FIRE & WATER—Rytech in full Catastrophe Mode

Operating coast to coast sometimes requires the management of multiple catastrophe responses. For Rytech this can involve Pacific Coast Fires and tropical Atlantic Hurricanes. Right now, Pacific states face thousands of fires while Gulf Coast states clean up from hurricanes Laura and Sally.  And the seasons of both, fires and hurricanes, are far from over.

WEST COAST—Starting in January of this year over 7,900 wildfires have burned over 3.7 million acres.  Many are still raging.  As of August 15, when California’s fire activity first surged, there have been 26 fatalities and over 6,100 structures destroyed.  Six of the state’s top 20 largest fires happened this year creating smoke plumes over 10 miles (17 kilometers) in the air, another North American record.

GULF COAST—Meanwhile Rytech’s Gulf Coast states had already taken a one-two punch when tropical storm Marco and the monster Hurricane Laura converged on the Texas-Louisiana border the same week in August. 

Then came Sally.  It was the eighteenth named storm, and seventh hurricane of the 2020 Atlantic Hurricane Season, coming ashore as a Category 2 near Gulf Shores Alabama on September 16.   

Rytech has a substantial presence in each of the Gulf Coast states, from Texas to Florida. And, while any remediation firm would be severely tested by simultaneous storms, Rytech’s 25 years of operation help it manage simultaneous catastrophic events, even when they occur on opposite coasts.

Example. In 2017 after a Cat 4 named Harvey hit Texas, Rytech franchises from California were dispatched to assist before going to St. Augustine Florida to also assist with clean up from Hurricane Irma. 

A month later Rytech’s California team returned home and was immediately called to assist the Ventura County franchise remediating behind 9000 brush fires that damaged 1,063 homes and businesses.  And then, again, back to Florida–this time to Panama City assisting Florida franchises dealing with another worst-case Hurricane called Michael.   

“There isn’t one person in our company a storm doesn’t impact.” says Randy Kerlin, Rytech’s Chief Operating Officer (COO).  “In true Team Rytech fashion everyone rises to the occasion jumping to assist where needed. Whether it’s mobilized franchises or our Accounting and Sales team assisting with customer call backs, everyone jumps in where they can.”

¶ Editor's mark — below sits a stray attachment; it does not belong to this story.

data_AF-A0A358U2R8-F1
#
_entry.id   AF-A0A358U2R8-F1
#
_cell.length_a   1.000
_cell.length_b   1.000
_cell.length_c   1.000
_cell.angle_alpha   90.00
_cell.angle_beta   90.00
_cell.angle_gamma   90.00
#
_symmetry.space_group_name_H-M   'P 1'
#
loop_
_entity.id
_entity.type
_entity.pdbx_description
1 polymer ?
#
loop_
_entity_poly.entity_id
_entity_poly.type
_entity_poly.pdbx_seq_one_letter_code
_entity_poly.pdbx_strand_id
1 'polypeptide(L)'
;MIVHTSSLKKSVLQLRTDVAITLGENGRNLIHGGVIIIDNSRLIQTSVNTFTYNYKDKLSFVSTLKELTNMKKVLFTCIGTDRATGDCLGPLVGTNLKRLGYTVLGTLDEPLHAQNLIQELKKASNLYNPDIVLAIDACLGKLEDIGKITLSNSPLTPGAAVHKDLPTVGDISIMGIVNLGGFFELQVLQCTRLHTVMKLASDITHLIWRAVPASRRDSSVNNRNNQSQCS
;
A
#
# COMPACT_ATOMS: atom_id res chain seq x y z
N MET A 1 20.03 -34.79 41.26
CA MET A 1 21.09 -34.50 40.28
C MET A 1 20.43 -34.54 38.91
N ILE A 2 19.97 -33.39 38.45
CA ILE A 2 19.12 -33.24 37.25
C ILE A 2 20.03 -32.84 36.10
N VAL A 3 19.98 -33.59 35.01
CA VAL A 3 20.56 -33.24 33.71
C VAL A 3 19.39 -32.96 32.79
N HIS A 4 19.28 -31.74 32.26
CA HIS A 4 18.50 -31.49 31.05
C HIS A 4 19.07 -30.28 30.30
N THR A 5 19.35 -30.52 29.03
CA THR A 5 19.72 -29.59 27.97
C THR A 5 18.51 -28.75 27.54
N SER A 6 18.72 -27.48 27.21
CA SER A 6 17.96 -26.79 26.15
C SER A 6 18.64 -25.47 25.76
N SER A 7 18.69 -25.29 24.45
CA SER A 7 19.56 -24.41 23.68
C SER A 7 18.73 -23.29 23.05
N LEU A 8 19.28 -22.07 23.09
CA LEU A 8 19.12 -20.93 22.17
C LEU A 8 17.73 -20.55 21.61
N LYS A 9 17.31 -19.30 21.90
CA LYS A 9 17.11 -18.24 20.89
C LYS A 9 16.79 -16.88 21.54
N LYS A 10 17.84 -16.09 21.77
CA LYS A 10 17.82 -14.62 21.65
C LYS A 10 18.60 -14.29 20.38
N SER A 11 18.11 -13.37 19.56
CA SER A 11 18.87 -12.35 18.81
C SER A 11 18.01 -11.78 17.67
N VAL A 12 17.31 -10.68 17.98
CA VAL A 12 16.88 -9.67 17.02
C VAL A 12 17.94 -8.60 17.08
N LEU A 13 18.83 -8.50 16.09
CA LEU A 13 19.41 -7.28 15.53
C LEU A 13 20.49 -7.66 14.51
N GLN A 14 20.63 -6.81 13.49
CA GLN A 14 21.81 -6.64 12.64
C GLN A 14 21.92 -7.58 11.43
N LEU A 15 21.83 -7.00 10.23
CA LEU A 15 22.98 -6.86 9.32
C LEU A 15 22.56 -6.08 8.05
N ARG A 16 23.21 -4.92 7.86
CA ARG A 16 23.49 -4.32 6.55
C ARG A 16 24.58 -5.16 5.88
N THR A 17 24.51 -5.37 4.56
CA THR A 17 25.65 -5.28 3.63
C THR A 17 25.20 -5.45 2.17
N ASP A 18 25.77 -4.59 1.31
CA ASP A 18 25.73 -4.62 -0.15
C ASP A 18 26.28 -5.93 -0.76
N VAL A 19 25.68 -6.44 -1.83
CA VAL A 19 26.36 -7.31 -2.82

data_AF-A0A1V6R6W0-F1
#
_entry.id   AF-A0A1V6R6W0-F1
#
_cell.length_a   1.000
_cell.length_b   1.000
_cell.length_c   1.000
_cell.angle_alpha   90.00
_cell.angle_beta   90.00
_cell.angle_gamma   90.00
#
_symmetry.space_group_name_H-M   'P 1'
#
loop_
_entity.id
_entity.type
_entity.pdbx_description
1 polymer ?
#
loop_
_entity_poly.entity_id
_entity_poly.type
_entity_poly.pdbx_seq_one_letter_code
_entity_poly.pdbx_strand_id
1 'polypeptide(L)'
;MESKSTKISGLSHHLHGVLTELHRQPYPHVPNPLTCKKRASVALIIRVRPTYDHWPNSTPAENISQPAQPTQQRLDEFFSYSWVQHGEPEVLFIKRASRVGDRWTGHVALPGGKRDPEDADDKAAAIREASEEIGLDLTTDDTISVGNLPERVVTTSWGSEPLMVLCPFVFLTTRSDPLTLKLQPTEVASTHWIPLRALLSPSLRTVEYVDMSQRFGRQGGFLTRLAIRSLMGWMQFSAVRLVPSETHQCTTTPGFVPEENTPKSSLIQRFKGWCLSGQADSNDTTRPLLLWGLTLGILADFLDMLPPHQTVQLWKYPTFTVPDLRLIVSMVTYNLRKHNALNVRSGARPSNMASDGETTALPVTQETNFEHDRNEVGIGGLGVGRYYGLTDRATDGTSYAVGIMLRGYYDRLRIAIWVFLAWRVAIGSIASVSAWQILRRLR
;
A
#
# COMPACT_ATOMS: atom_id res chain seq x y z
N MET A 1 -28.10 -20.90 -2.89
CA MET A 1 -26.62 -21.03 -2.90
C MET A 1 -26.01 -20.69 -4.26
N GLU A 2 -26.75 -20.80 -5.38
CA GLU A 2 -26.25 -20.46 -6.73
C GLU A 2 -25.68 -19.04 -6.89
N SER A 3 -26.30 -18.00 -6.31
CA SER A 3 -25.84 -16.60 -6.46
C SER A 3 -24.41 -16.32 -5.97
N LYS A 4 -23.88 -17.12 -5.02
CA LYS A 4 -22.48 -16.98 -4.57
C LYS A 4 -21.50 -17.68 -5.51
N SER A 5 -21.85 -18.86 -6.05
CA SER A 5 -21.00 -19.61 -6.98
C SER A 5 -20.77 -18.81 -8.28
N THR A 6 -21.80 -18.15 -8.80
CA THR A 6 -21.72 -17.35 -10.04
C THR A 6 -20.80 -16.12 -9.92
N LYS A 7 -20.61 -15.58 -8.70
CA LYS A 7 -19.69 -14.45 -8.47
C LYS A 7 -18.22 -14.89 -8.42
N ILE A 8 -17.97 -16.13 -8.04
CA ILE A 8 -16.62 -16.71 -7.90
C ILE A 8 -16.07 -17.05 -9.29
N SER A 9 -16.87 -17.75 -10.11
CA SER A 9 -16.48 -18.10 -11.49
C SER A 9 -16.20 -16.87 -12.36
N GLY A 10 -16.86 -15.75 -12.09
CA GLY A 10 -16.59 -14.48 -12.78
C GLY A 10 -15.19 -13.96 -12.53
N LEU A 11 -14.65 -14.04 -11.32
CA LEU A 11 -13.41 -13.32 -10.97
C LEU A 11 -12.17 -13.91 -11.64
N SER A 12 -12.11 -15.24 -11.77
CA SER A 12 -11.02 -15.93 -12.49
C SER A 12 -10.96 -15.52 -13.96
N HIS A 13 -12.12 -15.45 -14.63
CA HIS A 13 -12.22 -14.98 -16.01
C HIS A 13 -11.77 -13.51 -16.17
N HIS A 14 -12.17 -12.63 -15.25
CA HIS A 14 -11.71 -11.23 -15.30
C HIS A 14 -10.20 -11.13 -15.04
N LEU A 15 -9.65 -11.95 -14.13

And, for Rytech, it’s business as usual when it comes to working closely with insurers. 

Rytech carrier partners all recognize the challenges a storm presents and will often relax service expectations. Some even assist with “mobilization fees” recognizing the significant additional expenses associated with catastrophe’s, such as: overtime pay, lodging, meals, fuel, additional supplies, equipment and more. These are all necessary well before arriving at the first job site.

“Typically carriers provide their anticipated claim volume and PIF (policies in force) for the impacted areas.” Kerlin says. “But capacity is the million-dollar question. How many jobs can we effectively perform under catastrophic circumstances, especially considering each storms’ unique characteristics?”

Randy Kerlin, Rytech COO

Every experienced responder knows it’s not only where the storm hits, or at times even its strength at landfall. It’s also the infrastructure of the impacted area, available fuel and lodging, coastal vs. inland damages and large-scale power outages.

“Power and access are critical” says Kerlin.  “Without power drying can’t begin and is limited at best. Even generators need gas which at times is also a scarce post-storm resource.”  And this, according to Kerlin, “…creates another compounding situation with building conditions being the ideal environment for microbial growth.” 

Michael and Sally both struck parts of Florida’s Panhandle.  But the key component wasn’t always their damage, it was accessibility. For some remote areas hit by Michael, the nearest overnight stay added a two-way commute of 4 to 6 hours for each and every job site.

In the early stages of Rytech’s CAT PLAN, Kerlin points to communication and lots of it…

“We monitor the storm closely, determine projected impact and begin reaching out to our franchise locations to ensure they are prepared for an influx of claims and, most importantly, are taking steps to remain safe. We also notify our network of the possible influx of claims and begin identifying other Rytech locations willing and able to mobilize. Our Sales Team is also simultaneously contacting our carrier partners to establish claim volume expectations and obtaining direction on carrier service level expectations for storm related jobs. Internally, we increase our administrative capacity to service clients both in and out of the impacted areas– daily business doesn’t stop in Denver, CO because of a hurricane hitting Pensacola, FL.!”

While no firm operates perfectly after even a single hurricane, preparation, experience and dedication helps Rytech get as close to its’ non-catastrophe performance levels as possible. Novelist  Robertson Davies said it best: “Extraordinary people survive under the most terrible circumstances and they become more extraordinary because of it!”

FEATURED PHOTO ABOVE–NASA’s Aqua satellite captured six tropical storms and more than 100 different U.S. wildfires (see red dots) in a single photo snapped on Tuesday (Sept. 15, 2020). Wildfires, which have particularly scoured California, have now burned over 4 million acres across 10 states, according to the National Interagency Fire Center. When the featured photo was taken, there were six named storms total — Sally off the Gulf Coast, Paulette, Rene, Teddy and Vicky in the Atlantic Ocean and Karina in the Pacific.   

Laura was a Cat 4 with 150 mph winds

Sally caused 20” of rain. Florida’s Panhandle had 3 feet